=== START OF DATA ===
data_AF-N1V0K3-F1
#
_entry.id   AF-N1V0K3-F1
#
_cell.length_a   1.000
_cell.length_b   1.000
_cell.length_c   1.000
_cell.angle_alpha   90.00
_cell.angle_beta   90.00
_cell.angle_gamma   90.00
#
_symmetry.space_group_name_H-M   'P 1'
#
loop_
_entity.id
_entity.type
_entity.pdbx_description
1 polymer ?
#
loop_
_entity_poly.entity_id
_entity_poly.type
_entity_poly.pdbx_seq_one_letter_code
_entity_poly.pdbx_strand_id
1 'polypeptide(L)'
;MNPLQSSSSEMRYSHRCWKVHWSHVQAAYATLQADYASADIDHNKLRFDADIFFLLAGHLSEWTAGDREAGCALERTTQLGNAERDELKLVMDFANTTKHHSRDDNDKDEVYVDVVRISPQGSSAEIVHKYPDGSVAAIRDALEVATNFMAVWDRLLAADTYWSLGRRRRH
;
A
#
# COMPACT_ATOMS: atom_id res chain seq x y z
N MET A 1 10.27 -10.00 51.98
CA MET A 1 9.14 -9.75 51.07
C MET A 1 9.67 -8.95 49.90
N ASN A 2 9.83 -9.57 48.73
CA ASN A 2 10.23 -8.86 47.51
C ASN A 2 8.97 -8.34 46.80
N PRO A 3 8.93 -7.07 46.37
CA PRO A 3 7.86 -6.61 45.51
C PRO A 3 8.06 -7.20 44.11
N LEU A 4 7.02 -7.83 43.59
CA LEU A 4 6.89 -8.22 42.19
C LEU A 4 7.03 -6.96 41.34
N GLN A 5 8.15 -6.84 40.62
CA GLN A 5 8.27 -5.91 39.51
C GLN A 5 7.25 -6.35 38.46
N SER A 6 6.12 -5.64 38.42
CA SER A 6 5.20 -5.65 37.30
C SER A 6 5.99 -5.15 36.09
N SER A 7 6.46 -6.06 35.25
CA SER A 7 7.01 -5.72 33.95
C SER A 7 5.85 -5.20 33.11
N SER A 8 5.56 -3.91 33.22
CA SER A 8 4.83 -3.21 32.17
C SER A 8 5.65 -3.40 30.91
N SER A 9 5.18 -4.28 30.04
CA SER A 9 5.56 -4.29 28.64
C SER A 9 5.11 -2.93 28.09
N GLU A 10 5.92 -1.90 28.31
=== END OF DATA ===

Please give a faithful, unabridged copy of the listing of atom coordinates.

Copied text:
data_AF-N1V0K3-F1
#
_entry.id   AF-N1V0K3-F1
#
_cell.length_a   1.000
_cell.length_b   1.000
_cell.length_c   1.000
_cell.angle_alpha   90.00
_cell.angle_beta   90.00
_cell.angle_gamma   90.00
#
_symmetry.space_group_name_H-M   'P 1'
#
loop_
_entity.id
_entity.type
_entity.pdbx_description
1 polymer ?
#
loop_
_entity_poly.entity_id
_entity_poly.type
_entity_poly.pdbx_seq_one_letter_code
_entity_poly.pdbx_strand_id
1 'polypeptide(L)'
;MNPLQSSSSEMRYSHRCWKVHWSHVQAAYATLQADYASADIDHNKLRFDADIFFLLAGHLSEWTAGDREAGCALERTTQLGNAERDELKLVMDFANTTKHHSRDDNDKDEVYVDVVRISPQGSSAEIVHKYPDGSVAAIRDALEVATNFMAVWDRLLAADTYWSLGRRRRH
;
A
#
# COMPACT_ATOMS: atom_id res chain seq x y z
N MET A 1 10.27 -10.00 51.98
CA MET A 1 9.14 -9.75 51.07
C MET A 1 9.67 -8.95 49.90
N ASN A 2 9.83 -9.57 48.73
CA ASN A 2 10.23 -8.86 47.51
C ASN A 2 8.97 -8.34 46.80
N PRO A 3 8.93 -7.07 46.37
CA PRO A 3 7.86 -6.61 45.51
C PRO A 3 8.06 -7.20 44.11
N LEU A 4 7.02 -7.83 43.59
CA LEU A 4 6.89 -8.22 42.19
C LEU A 4 7.03 -6.96 41.34
N GLN A 5 8.15 -6.84 40.62
CA GLN A 5 8.27 -5.91 39.51
C GLN A 5 7.25 -6.35 38.46
N SER A 6 6.12 -5.64 38.42
CA SER A 6 5.20 -5.65 37.30
C SER A 6 5.99 -5.15 36.09
N SER A 7 6.46 -6.06 35.25
CA SER A 7 7.01 -5.72 33.95
C SER A 7 5.85 -5.20 33.11
N SER A 8 5.56 -3.91 33.22
CA SER A 8 4.83 -3.21 32.17
C SER A 8 5.65 -3.40 30.91
N SER A 9 5.18 -4.28 30.04
CA SER A 9 5.56 -4.29 28.64
C SER A 9 5.11 -2.93 28.09
N GLU A 10 5.92 -1.90 28.31